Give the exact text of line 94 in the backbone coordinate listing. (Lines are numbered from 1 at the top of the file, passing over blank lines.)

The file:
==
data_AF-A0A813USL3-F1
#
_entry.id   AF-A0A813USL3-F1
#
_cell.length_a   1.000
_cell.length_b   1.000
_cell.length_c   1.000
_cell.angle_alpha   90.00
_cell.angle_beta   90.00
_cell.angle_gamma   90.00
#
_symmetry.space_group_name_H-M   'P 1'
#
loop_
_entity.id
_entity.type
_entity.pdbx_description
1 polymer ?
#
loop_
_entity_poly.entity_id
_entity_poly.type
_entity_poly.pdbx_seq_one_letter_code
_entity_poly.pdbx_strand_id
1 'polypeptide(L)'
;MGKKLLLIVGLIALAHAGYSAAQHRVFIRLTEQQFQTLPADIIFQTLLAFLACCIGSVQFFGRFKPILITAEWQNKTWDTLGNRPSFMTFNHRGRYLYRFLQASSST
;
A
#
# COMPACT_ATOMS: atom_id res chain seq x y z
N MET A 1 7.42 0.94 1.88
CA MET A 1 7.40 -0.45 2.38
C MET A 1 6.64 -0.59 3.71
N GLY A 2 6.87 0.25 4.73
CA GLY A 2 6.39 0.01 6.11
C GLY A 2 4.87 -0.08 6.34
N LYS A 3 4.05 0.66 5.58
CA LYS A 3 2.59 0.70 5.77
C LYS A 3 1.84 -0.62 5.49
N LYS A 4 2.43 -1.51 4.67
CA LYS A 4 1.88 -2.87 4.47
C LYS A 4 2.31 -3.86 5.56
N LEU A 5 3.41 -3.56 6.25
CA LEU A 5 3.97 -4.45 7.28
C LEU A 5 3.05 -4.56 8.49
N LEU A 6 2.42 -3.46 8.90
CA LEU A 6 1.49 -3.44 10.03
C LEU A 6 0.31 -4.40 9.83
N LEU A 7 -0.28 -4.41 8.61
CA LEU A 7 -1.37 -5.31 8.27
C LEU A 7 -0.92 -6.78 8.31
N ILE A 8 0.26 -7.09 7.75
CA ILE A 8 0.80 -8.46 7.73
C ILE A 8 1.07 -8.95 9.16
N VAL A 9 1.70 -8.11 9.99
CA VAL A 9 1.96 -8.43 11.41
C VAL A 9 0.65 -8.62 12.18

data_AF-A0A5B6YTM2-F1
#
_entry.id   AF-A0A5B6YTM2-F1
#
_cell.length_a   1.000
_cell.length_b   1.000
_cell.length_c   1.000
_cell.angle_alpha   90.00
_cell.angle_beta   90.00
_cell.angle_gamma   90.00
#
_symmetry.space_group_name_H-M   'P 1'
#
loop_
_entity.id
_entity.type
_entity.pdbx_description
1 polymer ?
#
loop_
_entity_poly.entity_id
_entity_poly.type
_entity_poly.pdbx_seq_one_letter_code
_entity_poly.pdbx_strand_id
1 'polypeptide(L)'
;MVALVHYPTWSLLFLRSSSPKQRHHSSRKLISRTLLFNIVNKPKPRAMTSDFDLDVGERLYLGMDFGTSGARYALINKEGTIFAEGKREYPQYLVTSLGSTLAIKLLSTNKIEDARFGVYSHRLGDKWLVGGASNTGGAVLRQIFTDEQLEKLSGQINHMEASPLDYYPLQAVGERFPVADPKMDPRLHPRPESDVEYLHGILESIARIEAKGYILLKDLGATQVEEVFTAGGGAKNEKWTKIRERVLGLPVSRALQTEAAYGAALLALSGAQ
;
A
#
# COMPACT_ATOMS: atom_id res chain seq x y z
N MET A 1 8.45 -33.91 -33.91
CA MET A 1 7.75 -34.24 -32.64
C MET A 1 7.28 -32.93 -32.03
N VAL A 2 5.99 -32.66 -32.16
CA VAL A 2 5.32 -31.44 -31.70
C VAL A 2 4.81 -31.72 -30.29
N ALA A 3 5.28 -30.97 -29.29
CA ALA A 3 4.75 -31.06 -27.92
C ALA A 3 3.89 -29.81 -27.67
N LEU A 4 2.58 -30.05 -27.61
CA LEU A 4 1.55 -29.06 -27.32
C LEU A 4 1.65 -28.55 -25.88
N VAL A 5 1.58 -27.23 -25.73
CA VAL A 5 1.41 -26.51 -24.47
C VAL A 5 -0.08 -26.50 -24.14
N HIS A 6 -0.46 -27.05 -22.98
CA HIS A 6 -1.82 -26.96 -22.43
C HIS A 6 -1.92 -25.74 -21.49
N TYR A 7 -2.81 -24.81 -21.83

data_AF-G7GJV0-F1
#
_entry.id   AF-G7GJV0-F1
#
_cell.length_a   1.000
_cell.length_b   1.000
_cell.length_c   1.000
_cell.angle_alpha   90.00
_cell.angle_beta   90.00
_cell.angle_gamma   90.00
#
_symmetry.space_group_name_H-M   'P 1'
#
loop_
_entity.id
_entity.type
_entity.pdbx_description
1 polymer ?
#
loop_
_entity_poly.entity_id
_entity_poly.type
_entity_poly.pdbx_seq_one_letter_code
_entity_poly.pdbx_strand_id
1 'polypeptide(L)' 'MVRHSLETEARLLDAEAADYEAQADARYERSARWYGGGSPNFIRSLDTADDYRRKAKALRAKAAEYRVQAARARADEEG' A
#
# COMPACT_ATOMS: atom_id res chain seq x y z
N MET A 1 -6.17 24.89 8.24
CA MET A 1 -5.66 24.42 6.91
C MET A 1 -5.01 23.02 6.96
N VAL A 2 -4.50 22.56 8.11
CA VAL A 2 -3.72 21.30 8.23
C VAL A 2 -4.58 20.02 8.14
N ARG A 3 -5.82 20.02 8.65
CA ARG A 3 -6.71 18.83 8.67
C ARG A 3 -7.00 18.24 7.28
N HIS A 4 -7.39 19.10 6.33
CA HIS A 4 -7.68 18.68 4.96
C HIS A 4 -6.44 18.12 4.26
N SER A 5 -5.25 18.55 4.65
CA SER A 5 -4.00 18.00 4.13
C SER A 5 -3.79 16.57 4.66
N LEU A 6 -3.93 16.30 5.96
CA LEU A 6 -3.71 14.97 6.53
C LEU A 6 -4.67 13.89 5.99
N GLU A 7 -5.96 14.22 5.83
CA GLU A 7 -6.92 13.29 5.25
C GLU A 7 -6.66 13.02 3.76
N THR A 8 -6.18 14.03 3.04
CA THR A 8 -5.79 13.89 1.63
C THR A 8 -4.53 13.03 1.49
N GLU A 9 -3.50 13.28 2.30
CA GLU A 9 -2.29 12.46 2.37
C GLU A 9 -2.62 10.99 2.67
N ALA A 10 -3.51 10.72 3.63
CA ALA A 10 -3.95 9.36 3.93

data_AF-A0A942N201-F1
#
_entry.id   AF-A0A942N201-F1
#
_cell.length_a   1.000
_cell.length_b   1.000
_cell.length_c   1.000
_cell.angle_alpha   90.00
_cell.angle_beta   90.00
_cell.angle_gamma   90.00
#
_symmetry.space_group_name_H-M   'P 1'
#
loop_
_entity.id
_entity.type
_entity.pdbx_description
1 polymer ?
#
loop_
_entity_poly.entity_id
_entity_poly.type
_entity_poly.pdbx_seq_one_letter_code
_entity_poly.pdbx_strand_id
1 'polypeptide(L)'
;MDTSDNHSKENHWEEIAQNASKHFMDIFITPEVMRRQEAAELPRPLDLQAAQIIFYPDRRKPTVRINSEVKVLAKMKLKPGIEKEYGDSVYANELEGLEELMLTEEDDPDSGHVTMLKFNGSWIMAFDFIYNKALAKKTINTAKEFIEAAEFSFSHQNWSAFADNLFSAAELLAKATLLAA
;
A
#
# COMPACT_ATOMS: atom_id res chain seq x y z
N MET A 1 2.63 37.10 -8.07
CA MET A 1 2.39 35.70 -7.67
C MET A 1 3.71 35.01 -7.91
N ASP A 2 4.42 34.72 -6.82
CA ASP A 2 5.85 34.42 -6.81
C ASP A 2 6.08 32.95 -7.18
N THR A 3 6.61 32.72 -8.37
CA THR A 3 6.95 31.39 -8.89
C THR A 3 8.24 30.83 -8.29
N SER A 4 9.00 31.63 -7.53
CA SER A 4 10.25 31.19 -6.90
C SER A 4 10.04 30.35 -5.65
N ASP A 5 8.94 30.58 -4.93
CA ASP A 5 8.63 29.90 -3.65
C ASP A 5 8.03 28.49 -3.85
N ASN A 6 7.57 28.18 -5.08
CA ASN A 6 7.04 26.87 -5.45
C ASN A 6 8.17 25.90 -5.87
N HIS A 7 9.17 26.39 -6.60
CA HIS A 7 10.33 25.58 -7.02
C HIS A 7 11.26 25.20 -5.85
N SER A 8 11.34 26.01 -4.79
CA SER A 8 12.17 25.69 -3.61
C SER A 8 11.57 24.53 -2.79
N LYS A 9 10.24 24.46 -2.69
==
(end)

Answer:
N ALA A 3 5.28 -30.97 -29.29